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The Latest: UAE Threatens Prison, Fines for Qatar Support

Wednesday, 07 June 2017 05:46 AM

DUBAI, United Arab Emirates (AP) — The Latest on the Gulf crisis after Saudi Arabia and other nations cut ties to Qatar, accusing it of supporting terrorism (all times local):

12:40 p.m.

The United Arab Emirates' Justice Ministry is warning social media users that they can face prison time and fines for offering sympathy for Qatar amid a growing diplomatic crisis in the Middle East.

The ministry put out a statement on social media Wednesday saying those found guilty could face three to 15 years in prison and fines starting from 500,000 dirhams ($136,000).

The ministry quoted UAE Attorney General Hamad Saif al-Shamsi making the warning, saying it came over Qatar's "hostile and reckless policy."

While liberal compared to much of the Middle East, the UAE has tough cybercrime and slander laws under which people can be arrested, imprisoned and deported for taking photographs without the consent of those shown or being insulting.

The United Arab Emirates, along with Saudi Arabia, Bahrain, Egypt and other Arab nations severed ties with Qatar and have cut off land, sea and air access. They accuse the energy-rich Gulf nation of supporting terror groups, charges denied by Qatar.

12:30 p.m.

Mauritania has become the latest country to cut diplomatic relations with Qatar as part of a growing rift between the energy-rich Gulf nation and other Arab countries.

In a statement by the Foreign Ministry, the African country accused Qatar of having connections to terrorist organizations. It said Qatar is "promoting extremist thoughts and spreading chaos and disturbances across many of the Arab countries, resulting in big humanitarian miseries."

Qatar long has denied supporting terror groups.

Mauritania has strong military and economic ties to oil-rich Saudi Arabia, which led the diplomatic spat with Qatar.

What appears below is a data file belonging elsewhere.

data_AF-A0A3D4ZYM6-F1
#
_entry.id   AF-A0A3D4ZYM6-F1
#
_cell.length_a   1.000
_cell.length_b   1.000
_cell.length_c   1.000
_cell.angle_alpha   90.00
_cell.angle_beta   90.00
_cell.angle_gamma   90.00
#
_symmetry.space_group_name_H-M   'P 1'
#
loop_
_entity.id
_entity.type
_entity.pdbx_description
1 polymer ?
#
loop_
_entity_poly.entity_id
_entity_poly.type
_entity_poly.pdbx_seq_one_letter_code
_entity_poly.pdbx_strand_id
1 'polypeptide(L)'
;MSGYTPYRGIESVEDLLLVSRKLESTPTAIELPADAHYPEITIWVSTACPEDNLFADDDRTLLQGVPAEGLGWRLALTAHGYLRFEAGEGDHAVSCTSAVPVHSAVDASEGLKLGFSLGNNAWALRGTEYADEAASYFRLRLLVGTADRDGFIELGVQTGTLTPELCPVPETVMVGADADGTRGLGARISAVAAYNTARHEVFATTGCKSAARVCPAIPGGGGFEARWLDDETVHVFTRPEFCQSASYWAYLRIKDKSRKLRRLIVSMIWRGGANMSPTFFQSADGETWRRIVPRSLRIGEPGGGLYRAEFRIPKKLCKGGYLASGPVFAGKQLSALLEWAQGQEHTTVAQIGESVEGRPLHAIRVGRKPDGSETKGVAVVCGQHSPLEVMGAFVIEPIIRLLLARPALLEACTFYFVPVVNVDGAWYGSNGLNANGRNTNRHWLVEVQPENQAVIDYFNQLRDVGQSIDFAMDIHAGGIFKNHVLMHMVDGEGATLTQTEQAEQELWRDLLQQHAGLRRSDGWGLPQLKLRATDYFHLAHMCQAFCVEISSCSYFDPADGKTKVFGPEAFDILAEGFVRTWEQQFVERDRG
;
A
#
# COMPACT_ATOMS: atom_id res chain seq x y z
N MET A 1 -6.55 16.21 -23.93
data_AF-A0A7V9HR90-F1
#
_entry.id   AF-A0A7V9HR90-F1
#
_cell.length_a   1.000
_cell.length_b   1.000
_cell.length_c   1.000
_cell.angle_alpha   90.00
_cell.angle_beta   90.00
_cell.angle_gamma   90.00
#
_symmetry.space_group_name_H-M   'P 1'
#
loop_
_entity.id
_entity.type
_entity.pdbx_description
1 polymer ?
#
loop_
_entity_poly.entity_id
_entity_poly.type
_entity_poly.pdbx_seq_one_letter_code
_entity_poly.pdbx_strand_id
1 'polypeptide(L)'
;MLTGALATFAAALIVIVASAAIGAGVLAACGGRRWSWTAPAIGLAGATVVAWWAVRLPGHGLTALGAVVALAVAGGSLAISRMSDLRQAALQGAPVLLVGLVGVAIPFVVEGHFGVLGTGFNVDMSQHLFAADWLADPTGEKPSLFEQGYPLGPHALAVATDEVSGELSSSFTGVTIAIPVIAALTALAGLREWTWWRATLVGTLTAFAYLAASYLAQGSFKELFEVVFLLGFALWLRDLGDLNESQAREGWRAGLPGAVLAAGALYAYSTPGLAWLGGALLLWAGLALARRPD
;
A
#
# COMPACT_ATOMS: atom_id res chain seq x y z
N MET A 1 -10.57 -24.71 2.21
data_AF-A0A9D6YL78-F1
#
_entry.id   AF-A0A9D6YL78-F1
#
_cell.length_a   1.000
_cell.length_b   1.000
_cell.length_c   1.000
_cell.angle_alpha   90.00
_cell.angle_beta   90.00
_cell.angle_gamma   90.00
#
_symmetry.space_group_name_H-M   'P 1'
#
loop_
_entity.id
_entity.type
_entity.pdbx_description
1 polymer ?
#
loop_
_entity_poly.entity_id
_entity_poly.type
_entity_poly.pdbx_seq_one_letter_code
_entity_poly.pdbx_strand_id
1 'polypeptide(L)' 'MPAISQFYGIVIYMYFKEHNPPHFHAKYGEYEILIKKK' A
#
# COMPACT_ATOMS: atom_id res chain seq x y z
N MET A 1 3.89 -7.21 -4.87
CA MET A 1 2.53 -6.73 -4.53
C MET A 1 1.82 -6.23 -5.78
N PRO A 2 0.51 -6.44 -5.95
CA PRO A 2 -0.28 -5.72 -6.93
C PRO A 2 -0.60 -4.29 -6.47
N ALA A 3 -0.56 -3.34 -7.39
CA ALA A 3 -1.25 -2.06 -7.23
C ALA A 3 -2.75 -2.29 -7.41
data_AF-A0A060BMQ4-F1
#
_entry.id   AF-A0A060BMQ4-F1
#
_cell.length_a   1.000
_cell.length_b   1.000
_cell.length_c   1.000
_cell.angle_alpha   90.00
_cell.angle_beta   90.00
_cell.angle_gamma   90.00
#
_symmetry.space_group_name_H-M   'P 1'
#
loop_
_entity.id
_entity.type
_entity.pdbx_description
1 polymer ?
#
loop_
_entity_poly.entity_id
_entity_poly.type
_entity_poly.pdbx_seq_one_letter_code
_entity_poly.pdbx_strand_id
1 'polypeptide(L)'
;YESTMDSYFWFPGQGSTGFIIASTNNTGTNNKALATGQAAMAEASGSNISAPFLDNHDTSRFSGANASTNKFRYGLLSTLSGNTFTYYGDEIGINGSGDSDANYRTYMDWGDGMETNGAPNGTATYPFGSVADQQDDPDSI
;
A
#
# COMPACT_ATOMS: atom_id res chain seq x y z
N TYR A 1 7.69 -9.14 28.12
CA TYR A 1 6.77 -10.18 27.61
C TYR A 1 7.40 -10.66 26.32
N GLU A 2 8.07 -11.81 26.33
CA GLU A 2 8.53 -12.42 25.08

Saudi Arabia, Bahrain, the United Arab Emirates, Egypt and others have severed diplomatic relations and cut off air, land and sea access to Qatar, in the most serious Gulf diplomatic crisis since the 1991 war against Iraq.

12:15 p.m.

An outspoken Emirati ruling family member has raised the prospect of a change in leadership in Qatar, which is embroiled in a major diplomatic crisis with its Gulf neighbors.

Sultan Sooud Al Qassemi says Qatar's citizens are "questioning if this is going to end up in seeing a change in leadership itself."

Al Qassemi, of the ruling family of the sheikhdom of Sharjah in the United Arab Emirates, told The Associated Press on Wednesday that he hopes Qatar ends its "rogue, maverick" ways.

He says Qatar will need to close or limit its Al-Jazeera news network and stop funding extremists groups to end the crisis.

Bahrain, Egypt, Saudi Arabia and the United Arab Emirates cut diplomatic ties with Qatar on Monday.

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The Latest on the Gulf crisis after Saudi Arabia and other nations cut ties to Qatar, accusing it of supporting terrorism (all times local):12:40 p.m.The United Arab Emirates' Justice Ministry is warning social media users that they can face prison time and fines for...
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Wednesday, 07 June 2017 05:46 AM
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